March 30, 2018
In honor of National Women’s History Month, Los Angeles Modern Auctions (LAMA) spotlights five stellar women artists whose potent work and individual practices celebrate womanhood and female autonomy, call into question responses to gender parity, and transcend traditional conceptions of gender identity to address broader issues surrounding diversity, inclusion, and tolerance for all humans.
March 10, 2016
Los Angeles Modern Auctions is delighted to announce an exciting addition to our upcoming Spring 2016 auction of Modern Art & Design. Untitled (Black/Blue Bands) is an abstract painting from the year 2000 by the California-based artist Mary Corse, constructed with Corse’s signature material: glass microspheres suspended in acrylic paint. Producing a startling perceptual effect, these minute beads cause the bands of white and color in her paintings to seemingly shimmer and shift above pulsing, morphing surfaces. As The New Yorker magazine put it, Corse’s “works suggest tapestries woven from stars.”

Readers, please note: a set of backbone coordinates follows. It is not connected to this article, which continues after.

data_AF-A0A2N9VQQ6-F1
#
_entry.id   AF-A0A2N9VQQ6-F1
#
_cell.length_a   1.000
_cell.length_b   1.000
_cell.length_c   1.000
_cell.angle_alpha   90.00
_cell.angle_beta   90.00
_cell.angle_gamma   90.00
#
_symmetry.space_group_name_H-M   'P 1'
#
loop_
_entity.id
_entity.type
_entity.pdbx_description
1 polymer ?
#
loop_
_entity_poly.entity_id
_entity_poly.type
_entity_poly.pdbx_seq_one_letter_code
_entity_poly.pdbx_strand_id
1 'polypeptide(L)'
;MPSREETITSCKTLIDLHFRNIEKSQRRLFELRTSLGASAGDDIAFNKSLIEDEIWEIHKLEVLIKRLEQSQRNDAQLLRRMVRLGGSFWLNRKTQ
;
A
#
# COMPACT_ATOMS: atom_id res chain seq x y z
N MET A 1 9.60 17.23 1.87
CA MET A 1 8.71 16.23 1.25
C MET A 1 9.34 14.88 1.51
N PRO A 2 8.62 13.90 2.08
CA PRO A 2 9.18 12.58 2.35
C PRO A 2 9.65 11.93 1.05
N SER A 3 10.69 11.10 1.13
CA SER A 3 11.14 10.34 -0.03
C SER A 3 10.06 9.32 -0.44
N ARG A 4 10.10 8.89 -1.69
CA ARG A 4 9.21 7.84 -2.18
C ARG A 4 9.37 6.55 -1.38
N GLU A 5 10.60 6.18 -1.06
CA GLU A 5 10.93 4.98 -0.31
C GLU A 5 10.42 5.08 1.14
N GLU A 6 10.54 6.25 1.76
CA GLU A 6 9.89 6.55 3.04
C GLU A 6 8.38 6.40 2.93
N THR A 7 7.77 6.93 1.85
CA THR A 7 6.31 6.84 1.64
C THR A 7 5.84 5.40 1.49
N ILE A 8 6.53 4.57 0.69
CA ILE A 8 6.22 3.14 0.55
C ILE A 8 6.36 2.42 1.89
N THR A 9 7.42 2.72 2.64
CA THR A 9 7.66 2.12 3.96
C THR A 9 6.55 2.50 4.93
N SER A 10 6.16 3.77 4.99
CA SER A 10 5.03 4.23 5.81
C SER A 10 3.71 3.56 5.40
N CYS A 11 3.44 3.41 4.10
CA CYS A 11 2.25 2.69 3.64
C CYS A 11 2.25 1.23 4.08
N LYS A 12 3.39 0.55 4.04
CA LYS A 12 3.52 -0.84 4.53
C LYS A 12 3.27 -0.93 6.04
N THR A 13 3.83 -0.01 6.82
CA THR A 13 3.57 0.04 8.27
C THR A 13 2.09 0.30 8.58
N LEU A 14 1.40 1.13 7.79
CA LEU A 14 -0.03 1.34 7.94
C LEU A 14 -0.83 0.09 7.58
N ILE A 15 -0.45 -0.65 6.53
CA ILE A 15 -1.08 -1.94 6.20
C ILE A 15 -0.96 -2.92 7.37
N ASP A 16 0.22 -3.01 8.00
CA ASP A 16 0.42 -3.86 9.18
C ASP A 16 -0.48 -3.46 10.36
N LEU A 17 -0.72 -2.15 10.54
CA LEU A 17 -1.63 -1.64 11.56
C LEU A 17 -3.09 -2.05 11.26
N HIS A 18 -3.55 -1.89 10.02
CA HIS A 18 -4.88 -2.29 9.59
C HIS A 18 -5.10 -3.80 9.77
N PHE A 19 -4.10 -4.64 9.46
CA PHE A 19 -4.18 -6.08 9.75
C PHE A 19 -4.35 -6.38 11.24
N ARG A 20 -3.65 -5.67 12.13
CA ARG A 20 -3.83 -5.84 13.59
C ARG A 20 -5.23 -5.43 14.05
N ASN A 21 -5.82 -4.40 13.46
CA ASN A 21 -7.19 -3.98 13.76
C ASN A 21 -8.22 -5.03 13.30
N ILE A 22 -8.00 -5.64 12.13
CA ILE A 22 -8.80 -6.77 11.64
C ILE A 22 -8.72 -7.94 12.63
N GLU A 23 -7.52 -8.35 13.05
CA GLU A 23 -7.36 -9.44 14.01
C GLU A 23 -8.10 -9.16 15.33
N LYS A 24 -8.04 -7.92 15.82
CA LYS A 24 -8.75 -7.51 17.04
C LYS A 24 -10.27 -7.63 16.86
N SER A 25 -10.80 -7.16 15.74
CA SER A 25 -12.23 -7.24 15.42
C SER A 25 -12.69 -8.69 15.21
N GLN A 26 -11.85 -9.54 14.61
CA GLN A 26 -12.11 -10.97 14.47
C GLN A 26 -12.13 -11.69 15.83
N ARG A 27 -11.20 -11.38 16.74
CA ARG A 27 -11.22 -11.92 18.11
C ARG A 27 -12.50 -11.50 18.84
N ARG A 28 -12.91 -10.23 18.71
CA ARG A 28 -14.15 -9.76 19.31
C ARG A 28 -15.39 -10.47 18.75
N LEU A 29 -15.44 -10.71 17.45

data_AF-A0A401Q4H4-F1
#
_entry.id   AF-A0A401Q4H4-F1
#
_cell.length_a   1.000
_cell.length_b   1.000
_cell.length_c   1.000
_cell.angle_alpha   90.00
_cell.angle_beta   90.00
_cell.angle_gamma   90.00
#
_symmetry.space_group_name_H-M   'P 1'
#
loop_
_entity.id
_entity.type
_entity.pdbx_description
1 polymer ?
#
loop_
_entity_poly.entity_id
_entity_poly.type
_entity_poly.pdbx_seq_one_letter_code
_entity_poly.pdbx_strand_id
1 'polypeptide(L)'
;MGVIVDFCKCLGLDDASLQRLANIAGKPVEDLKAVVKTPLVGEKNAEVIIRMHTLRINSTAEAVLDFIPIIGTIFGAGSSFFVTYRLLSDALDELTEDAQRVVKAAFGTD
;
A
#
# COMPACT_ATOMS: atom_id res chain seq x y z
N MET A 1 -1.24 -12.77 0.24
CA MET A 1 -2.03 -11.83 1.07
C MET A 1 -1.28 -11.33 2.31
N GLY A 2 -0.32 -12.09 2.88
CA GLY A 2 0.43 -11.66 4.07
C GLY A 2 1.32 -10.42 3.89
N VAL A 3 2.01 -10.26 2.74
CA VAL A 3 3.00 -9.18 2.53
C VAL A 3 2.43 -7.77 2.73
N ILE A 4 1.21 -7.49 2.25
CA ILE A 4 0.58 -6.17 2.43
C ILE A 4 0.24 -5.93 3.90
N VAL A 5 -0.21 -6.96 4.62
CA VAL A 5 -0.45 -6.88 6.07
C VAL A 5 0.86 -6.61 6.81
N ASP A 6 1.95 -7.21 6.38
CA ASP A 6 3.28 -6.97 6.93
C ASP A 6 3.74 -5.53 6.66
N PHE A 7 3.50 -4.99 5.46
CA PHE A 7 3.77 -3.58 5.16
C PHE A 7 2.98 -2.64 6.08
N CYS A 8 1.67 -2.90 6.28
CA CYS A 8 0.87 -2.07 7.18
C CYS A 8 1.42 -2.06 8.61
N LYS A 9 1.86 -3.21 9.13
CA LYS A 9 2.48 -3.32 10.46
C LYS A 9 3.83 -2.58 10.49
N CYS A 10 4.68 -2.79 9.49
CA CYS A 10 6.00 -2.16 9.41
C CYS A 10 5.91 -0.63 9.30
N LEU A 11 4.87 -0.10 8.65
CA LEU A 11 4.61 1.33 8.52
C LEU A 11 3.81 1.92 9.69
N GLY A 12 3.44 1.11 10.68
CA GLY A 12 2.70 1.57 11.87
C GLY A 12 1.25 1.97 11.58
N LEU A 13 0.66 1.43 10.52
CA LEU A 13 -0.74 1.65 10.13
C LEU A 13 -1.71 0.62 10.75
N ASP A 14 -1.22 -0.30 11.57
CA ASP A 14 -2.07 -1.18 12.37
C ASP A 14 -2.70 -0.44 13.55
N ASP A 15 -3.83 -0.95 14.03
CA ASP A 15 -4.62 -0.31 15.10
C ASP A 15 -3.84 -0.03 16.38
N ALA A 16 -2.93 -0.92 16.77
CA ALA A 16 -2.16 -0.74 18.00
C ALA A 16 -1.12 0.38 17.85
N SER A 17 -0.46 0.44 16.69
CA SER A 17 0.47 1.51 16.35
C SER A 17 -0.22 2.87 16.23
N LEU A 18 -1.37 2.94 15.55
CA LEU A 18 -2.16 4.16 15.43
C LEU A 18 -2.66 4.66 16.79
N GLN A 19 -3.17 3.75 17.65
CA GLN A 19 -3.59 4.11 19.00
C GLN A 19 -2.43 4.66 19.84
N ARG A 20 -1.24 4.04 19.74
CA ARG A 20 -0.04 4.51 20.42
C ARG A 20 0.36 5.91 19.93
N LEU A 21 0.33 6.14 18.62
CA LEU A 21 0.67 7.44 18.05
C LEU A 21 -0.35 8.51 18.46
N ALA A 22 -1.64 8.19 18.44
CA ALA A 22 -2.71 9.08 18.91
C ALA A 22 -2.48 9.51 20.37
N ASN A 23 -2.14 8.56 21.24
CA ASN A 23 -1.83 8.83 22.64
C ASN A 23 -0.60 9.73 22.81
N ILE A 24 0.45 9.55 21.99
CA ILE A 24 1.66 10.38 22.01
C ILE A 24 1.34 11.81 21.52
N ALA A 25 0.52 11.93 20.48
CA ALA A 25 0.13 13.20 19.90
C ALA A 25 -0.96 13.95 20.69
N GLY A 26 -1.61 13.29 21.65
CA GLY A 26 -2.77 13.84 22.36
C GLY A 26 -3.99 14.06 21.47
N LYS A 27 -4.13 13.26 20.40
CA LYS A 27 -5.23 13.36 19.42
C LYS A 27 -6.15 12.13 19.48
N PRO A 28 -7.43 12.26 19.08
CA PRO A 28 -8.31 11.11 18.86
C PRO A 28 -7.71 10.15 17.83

October 27, 2015
Los Angeles Modern Auctions is pleased to offer Mary Corse’s phenomenal Copper–Four Crosses (1979) in our February 21, 2016 auction. Since the 1970s Mary Corse has been investigating the phenomenon of light. Among the Light and Space artists, she developed her own methods of capturing fluctuating light, changing perspectives, and dynamic surfaces in paintings. This lot is an early example of her glazed tile paintings–large-scale wall works of fired and glazed clay. Such works are shiny and reflective, almost metallic, in glorious copper hues, with uneven surfaces evocative of lunar landscapes. Since these works were a departure from Corse’s usual monochrome paintings with microspheres, they are hard to find.
August 13, 2015
Los Angeles Modern Auctions is pleased to present two early works by John McCracken in the October 2015 Modern Art & Design Auction. McCracken fused painting with sculpture within the context of 1960s West Coast minimalist, Finish Fetish, and Light and Space art in California. As an artist who explored light and color in simple geometric forms, finished with highly polished fiberglass and lacquer, he both exemplified and transcended the various movements with which he was associated. Taking notice of cultural and technological trends in Southern California, he utilized what was available: the surfboard, automobile, and plastics industries. The lots here, like so much of McCracken’s oeuvre, function as “three-dimensional canvases”–between painting and sculpture–objects with sensuous surfaces to experience from multiple angles.